The news that Charlie Harper would be returning to "Two and a Half Men" almost broke the Internet -- not because the show had already killed off the character that Charlie Sheen made famous, but because they're having someone else play the role. And that someone is Kathy Bates.
Yes, it's a switcheroo made in comedy heaven. Obviously, Sheen is less than welcome back on the show he parted ways with and has not stopped bashing since, but Kathy Bates? A 63-year-old woman playing a 46-year-old man? Sheen says he's "honored" -- Bates has won an Oscar, after all -- but fans aren't pleased. (Just look at the comments on our story for proof.)
Still, this isn't the first shocking TV character re-casting to illicit fan rage. While many shows will replace main characters (see: Kirstie Alley's Rebecca Howe replacing Shelley Long's Diane Chambers as boss of "Cheers," and so many more), there are others that choose to pull a switcheroo instead. Do they think TV viewers won't notice?
Here, some of the most memorable TV character switcheroos that left viewers scratching their heads!
Roseanne and Dan Conner's oldest child, Becky, was played by actress Lecy Goranson for most of the series, but when Goranson wanted to quit acting to go to college, the producers had Becky elope and she appeared only sporadically. Then, future "Scrubs" star Sarah Chalke "became" Becky in Season 6, until Goranson wanted to return in Season 8 ("new" and "old" Becky both appeared in Season 8). When schedules conflicted again, Chalke returned for the show's ninth and final season.<br /> <em>(Getty Images)</em>
This switcheroo was so strange, the term "The Darrin Effect" is still used to describe when shows try to pull a fast one on fans with a main character recasting, mid-run. Dick York had the role of Darrin, supernatural Samantha's mortal husband, from 1964-69. But with the subtlety of a quick twitch of the nose, the show brought Dick Sargent in to replace him, 1969-72. (The show did a switcheroo for another reason: nosy neighbor Gladys Kravitz was originally played by Alice Pearce, but when Pearce died in 1966, Sandra Gould stepped in to finish out the series.)<br /> <em>(Getty Images)</em>
When Will Smith's mom told him, "You're moving with your auntie and uncle in Bel-Air," she probably didn't anticipate dear Aunt Viv to have an identity crisis. And neither did actress Janet Hubert-Whitten, who originated the role for the first three seasons. When Whitten got pregnant (and, rumor has it, started fighting with Smith http://www.bvonbooks.com/2009/12/31/janet-hubert-book-perfection/), Daphne Maxwell Reid was brought in for the show's last three of seasons, which included several inside jokes about how different she looked. <br /> <em>(Getty Images)</em>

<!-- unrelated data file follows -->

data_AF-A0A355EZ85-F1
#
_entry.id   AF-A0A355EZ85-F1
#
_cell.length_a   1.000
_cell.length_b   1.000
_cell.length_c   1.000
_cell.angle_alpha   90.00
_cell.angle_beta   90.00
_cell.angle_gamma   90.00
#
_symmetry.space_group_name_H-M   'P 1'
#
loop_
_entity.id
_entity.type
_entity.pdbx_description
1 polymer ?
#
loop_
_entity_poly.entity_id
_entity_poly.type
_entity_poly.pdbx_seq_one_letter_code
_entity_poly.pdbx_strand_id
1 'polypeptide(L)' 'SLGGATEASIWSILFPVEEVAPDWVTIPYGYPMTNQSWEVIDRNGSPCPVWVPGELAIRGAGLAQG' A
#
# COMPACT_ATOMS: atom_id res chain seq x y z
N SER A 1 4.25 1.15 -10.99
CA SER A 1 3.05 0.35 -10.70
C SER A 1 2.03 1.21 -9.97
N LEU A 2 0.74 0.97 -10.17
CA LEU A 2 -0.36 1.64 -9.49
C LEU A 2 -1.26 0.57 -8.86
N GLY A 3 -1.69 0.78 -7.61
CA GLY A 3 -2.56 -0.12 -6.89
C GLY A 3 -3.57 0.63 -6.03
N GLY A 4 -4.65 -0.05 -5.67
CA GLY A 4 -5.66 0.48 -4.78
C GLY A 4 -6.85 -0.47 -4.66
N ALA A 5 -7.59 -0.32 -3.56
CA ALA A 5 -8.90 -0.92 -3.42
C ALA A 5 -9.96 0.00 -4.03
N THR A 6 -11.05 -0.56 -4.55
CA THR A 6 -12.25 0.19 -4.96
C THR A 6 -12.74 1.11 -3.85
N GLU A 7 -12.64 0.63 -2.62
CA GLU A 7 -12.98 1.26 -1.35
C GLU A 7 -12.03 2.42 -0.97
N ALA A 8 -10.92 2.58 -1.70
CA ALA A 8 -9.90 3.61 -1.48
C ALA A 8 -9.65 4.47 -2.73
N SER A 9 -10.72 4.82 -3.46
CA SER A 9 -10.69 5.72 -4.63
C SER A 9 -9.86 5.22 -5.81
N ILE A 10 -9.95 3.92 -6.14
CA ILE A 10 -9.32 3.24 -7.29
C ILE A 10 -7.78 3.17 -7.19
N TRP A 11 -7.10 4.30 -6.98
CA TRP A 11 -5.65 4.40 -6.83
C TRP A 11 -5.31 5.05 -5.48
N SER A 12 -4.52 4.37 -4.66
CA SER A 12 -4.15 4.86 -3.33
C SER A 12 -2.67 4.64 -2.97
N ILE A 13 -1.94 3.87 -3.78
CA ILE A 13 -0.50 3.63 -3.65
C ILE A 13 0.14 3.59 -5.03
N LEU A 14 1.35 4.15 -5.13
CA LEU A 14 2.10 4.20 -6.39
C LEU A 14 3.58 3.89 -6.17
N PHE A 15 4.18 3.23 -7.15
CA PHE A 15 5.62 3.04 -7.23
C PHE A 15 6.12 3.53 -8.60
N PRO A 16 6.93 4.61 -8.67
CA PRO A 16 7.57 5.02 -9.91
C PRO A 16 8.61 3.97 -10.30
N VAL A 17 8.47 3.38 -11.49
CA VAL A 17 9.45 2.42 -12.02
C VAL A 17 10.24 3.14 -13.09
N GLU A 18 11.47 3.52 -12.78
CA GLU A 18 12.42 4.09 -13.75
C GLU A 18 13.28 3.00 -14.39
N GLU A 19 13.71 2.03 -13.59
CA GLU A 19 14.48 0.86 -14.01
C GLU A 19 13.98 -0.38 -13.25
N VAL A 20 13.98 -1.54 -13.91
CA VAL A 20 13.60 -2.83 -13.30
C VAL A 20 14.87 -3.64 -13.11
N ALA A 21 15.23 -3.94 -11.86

For "Dynasty's" first three seasons, Pamela Sue Martin originated the role of this Carrington family heiress, who was put through the soap opera ringer. Marriages, affairs, two premature babies, kidnappings, divorces, several car accidents, kissing her long-lost brother, suffering temporary psychosomatic paralysis, presumed death, amnesia, a UFO encounter and being trapped in a cave full of stolen Nazi treasures, among other memorable dramas -- it was just way too much for one actress to tackle. Emma Samms took over the role from 1985-89, which included starring on the Fallon-centric spin-off, "The Colbys," from 1985-87.<br /> <em>(Getty Images/AP)</em>
Poor Chris Partridge -- not one but two fairly forgettable child actors played this role of the family band's drummer, starting with Jeremy Gelbwaks, who quit acting after the show's first season when his family moved away from Hollywood. Brian Forster took over from 1971-74, but Chris never became a big character on the series, and Forster left acting not long after the show wrapped.<br /> <em>(ABC / Getty Images)</em>
The object of affection for both Gob and Michael, Marta became "El Amor Prohibido" for the brothers Bluth, like the Colombian telenovela she was famous for. But that didn't stop them from fighting over her -- no matter which of the three actresses was playing her. Leonor Varela originated the role for Marta's first two episodes, then Patricia Velásquez appeared in Marta's next five episodes, and we can't forget Season 3's "Forget-Me-Now" where a third uncredited actress played Marta in a flashback.<br /> <em>(Getty Images)</em>